PICERLPrepare, Identify, Contain, Eradicate, Recover, Lessons Learned
PIEEProcurement Integrated Enterprise Environment
PKIPublic Key Infrastructure
POA&MPlan of Action and Milestones
PSPersonnel Security
PTPenetration Testing
RaaSRansomware as a Service
RBARisk-Based Authentication
RBACRole-Based Access Control
RFIRequest for Information
RFPRequest For Proposal
RMRisk Management
RMFRisk Management Framework
RPRegistered Practitioner
RPORegistered Practitioner Organization (CMMC)/Recovery Point Objective
RSARivest–Shamir–Adleman (encryption algorithm)
RTORecovery Time Objective
SASESecure Access Service Edge
SASituational Awareness
SARSecurity Assessment Report
SCSystem and Communications Protection
SCGSecurity Classification Guide
SCADASupervisory Control And Data Acquisition
SCIMSystem for Cross-domain Identity Management
SISystem and Information Integrity
SIEMSecurity Information and Event Management
SSOSingle Sign-On
SOCSecurity Operations Center
SPSpecial Publication
SSOSingle Sign-On
SSPSystem Security Plan
SANSSANS Institute
SPRSSupplier Performance Risk System
SSRFServer-Side Request Forgery
STIGSecurity Technical Implementation Guide
TACACSTerminal Access Controller Access-Control System
TCPTransport Control Protocol
TTPTactics, Techniques, and Procedures
UDPUser Datagram Protocol
VPNVirtual Private Network
WAFWeb Application Firewall
WAAPWeb Application & API Protection
WAPWireless Access Point
WEPWired Equivalency Protocol
WPAWiFi Protected Access
WPSWiFi Protected Setup
WRTWith Respect To
XDRExtended Detection and Response
XSSCross-Site Scripting
ZTNAZero Trust Network Access

FAQ – Important Cybersecurity Acronyms

Q: What are common cybersecurity acronyms that everyone should know?

A: Some of the common cybersecurity acronyms include CVE (Common Vulnerabilities and Exposures), IAM (Identity and Access Management), and NIST (National Institute of Standards and Technology). These acronyms are part of the broader cybersecurity terms and acronyms used within the industry.

Q: Why are certain cybersecurity acronyms more important than others?

A: Important cybersecurity acronyms often represent concepts, frameworks, or standards that are central to the cybersecurity industry. For instance, NIST cybersecurity framework guides organizations in managing cyber risk, and CVE provides a list of publicly disclosed security vulnerabilities.

Q: How do security teams use acronyms related to cyber threat intelligence?

A: Security analysts investigate alerts to determine the nature and impact of threats without the need for additional staffing. By relying on acronyms like CVE, they can track and collate information about vulnerabilities across multiple sources more efficiently.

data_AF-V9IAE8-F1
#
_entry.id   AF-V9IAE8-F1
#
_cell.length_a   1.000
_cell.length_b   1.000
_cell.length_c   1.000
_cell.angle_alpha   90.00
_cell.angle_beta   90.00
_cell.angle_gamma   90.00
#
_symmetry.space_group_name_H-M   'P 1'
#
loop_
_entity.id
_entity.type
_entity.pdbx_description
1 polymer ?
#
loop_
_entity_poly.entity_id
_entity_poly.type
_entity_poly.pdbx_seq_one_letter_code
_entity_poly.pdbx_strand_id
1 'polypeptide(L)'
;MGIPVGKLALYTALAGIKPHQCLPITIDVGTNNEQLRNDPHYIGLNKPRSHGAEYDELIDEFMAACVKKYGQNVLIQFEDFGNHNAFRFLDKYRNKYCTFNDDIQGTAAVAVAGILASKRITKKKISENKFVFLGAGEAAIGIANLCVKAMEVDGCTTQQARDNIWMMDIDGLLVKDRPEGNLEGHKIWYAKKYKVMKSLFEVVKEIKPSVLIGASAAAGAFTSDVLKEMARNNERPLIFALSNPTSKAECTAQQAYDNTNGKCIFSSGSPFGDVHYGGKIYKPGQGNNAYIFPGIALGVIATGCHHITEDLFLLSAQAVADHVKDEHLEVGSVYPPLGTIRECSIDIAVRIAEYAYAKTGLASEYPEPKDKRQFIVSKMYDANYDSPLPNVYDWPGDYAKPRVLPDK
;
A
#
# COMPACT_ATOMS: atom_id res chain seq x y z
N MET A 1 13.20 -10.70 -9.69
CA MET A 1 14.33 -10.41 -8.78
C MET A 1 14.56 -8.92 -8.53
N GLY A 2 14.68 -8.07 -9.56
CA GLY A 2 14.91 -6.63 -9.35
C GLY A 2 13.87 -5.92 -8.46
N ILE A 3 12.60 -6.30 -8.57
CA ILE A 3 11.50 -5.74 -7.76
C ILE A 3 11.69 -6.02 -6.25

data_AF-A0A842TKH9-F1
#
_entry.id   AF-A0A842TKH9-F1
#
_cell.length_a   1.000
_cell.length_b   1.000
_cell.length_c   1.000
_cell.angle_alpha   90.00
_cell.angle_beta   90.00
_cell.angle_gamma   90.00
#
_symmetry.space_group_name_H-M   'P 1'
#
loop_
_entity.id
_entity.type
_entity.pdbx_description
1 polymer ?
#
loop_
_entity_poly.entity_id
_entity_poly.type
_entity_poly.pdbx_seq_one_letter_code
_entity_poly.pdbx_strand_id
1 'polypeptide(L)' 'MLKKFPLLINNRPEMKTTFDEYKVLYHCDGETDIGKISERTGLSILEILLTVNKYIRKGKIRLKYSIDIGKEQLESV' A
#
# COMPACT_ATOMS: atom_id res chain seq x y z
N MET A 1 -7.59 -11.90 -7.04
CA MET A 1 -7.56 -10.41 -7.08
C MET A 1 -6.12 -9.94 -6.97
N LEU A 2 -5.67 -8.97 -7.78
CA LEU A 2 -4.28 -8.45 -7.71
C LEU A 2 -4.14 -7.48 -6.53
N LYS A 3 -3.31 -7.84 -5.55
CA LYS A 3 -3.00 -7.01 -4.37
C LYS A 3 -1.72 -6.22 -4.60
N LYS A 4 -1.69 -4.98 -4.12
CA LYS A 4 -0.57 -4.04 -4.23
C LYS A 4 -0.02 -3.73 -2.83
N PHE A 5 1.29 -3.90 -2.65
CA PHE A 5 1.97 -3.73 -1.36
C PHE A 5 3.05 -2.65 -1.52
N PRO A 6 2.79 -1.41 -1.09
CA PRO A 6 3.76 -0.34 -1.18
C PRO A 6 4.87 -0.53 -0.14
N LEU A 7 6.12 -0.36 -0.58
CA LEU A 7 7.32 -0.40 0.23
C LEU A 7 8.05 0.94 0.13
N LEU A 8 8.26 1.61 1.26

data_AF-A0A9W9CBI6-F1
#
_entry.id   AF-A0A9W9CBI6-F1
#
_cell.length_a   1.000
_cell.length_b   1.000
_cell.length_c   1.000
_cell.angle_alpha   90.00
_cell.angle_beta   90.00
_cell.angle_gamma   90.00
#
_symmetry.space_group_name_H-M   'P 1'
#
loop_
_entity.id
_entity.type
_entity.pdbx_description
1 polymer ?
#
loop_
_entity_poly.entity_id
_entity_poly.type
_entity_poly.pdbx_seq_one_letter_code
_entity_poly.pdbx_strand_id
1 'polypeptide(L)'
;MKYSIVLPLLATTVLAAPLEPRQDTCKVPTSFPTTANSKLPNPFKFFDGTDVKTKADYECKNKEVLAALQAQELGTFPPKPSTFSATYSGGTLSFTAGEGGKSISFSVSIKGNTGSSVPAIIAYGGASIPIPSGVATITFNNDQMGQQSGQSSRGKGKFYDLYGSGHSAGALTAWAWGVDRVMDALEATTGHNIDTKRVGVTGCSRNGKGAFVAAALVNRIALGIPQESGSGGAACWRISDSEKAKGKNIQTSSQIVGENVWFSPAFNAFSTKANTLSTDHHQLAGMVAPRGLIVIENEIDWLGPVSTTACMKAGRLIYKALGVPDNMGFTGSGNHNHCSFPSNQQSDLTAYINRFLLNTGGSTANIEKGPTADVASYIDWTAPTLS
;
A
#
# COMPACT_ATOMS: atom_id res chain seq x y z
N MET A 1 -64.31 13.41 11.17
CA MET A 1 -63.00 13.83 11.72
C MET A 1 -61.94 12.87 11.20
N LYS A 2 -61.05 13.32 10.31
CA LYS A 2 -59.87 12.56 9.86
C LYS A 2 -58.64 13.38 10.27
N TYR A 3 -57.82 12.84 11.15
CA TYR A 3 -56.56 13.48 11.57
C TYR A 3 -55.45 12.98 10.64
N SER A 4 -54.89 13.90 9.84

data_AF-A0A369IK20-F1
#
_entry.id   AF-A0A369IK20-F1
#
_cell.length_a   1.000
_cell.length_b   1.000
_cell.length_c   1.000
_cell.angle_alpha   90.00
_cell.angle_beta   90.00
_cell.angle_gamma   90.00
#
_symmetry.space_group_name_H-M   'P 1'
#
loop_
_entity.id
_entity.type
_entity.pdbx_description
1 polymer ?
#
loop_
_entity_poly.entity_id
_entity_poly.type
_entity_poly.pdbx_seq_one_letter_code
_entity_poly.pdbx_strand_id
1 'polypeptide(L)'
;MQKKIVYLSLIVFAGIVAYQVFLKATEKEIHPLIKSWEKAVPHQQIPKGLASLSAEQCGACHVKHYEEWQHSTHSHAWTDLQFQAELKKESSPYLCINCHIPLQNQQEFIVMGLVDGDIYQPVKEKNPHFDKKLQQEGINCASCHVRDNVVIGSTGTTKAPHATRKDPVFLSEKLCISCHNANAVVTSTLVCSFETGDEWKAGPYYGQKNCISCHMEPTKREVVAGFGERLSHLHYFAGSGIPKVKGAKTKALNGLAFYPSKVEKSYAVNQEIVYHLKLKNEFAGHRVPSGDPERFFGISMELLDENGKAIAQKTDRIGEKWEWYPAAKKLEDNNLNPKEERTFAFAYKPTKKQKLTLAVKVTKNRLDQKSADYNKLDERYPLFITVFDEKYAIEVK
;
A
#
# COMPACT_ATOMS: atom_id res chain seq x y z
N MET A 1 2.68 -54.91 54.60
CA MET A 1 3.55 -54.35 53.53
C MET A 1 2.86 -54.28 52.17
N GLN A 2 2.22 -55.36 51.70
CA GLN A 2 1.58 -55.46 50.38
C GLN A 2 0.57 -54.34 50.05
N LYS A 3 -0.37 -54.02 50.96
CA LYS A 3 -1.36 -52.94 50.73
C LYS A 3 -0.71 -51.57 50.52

Q: Why is having a glossary or abbreviation list essential for the cybersecurity community?

A: A glossary of cybersecurity terms and acronyms helps organizations and security analysts quickly understand and communicate about cybersecurity threats, measures, and events without confusion. It ensures consistent terminology and understanding across the industry.

Q: How do security teams handle multiple sources of cyber threat data?

A: Security teams collate information about vulnerabilities across multiple sources that might otherwise name the same threat differently. Authorities like MITRE will assign a CVE number to a vulnerability to make it easier to track and collate information across diverse sources.

Q: How does the convergence of network and security functionalities benefit organizations?

A: A converged network security infrastructure simplifies the monitoring and management of security devices and systems. Instead of relying on an array of separate tools, it converges network and security functions, streamlining threat detection and response.

Q: What role does the CVE play in the cybersecurity community?

A: CVE, which stands for Common Vulnerabilities and Exposures, is a list maintained by MITRE. It helps organizations track and collate information about vulnerabilities across multiple sources. Each vulnerability is assigned a unique CVE number, making it easier to reference and share within the cybersecurity community.

Q: How does threat intelligence from multiple sources help organizations defend against cyberattacks?

A: Threat intelligence from multiple sources provides a more comprehensive view of the cybersecurity landscape. By gathering unique information from various sources, organizations can better understand security threats and implement effective defensive cybersecurity measures.

Q: Why is it essential for security analysts to stay updated with cybersecurity news and acronyms related to their field?

A: Staying updated with cybersecurity news and acronyms allows security analysts to remain abreast of the latest security threats, vulnerabilities, and best practices. Being informed ensures that they can effectively protect enterprises against emerging cyberattacks.

Q: What’s the importance of IAM in cybersecurity, and how does it impact network security?

A: IAM, or Identity and Access Management, is a framework that determines and controls user access within an organization. Proper IAM ensures that only authorized individuals have access to specific resources, bolstering network security and reducing the risk of malicious traffic and attacks.